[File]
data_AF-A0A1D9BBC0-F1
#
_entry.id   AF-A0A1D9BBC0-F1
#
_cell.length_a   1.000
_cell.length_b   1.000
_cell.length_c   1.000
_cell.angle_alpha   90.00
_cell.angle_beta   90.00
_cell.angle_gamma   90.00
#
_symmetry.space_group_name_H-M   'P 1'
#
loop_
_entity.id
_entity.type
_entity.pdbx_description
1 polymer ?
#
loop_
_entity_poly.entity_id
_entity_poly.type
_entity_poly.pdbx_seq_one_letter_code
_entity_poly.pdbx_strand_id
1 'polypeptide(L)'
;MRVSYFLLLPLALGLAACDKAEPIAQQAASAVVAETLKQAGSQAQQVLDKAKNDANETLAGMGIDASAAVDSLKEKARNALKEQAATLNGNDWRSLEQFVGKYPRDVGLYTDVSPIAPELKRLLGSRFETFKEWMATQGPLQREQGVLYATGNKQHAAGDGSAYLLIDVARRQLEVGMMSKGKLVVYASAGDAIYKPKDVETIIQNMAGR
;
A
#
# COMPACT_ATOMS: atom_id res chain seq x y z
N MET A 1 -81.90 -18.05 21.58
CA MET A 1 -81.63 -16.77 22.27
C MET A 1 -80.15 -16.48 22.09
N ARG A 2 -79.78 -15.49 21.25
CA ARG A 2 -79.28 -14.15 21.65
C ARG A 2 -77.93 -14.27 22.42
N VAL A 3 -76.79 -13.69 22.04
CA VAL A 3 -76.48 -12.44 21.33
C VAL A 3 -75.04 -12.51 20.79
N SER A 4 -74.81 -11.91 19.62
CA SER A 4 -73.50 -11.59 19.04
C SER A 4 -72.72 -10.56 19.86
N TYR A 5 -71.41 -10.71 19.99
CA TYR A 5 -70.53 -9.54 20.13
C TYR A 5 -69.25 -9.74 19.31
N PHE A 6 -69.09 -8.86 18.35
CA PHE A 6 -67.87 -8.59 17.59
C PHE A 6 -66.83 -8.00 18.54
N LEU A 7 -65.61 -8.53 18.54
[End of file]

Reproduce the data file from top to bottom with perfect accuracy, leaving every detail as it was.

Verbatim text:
data_AF-A0A1D9BBC0-F1
#
_entry.id   AF-A0A1D9BBC0-F1
#
_cell.length_a   1.000
_cell.length_b   1.000
_cell.length_c   1.000
_cell.angle_alpha   90.00
_cell.angle_beta   90.00
_cell.angle_gamma   90.00
#
_symmetry.space_group_name_H-M   'P 1'
#
loop_
_entity.id
_entity.type
_entity.pdbx_description
1 polymer ?
#
loop_
_entity_poly.entity_id
_entity_poly.type
_entity_poly.pdbx_seq_one_letter_code
_entity_poly.pdbx_strand_id
1 'polypeptide(L)'
;MRVSYFLLLPLALGLAACDKAEPIAQQAASAVVAETLKQAGSQAQQVLDKAKNDANETLAGMGIDASAAVDSLKEKARNALKEQAATLNGNDWRSLEQFVGKYPRDVGLYTDVSPIAPELKRLLGSRFETFKEWMATQGPLQREQGVLYATGNKQHAAGDGSAYLLIDVARRQLEVGMMSKGKLVVYASAGDAIYKPKDVETIIQNMAGR
;
A
#
# COMPACT_ATOMS: atom_id res chain seq x y z
N MET A 1 -81.90 -18.05 21.58
CA MET A 1 -81.63 -16.77 22.27
C MET A 1 -80.15 -16.48 22.09
N ARG A 2 -79.78 -15.49 21.25
CA ARG A 2 -79.28 -14.15 21.65
C ARG A 2 -77.93 -14.27 22.42
N VAL A 3 -76.79 -13.69 22.04
CA VAL A 3 -76.48 -12.44 21.33
C VAL A 3 -75.04 -12.51 20.79
N SER A 4 -74.81 -11.91 19.62
CA SER A 4 -73.50 -11.59 19.04
C SER A 4 -72.72 -10.56 19.86
N TYR A 5 -71.41 -10.71 19.99
CA TYR A 5 -70.53 -9.54 20.13
C TYR A 5 -69.25 -9.74 19.31
N PHE A 6 -69.09 -8.86 18.35
CA PHE A 6 -67.87 -8.59 17.59
C PHE A 6 -66.83 -8.00 18.54
N LEU A 7 -65.61 -8.53 18.54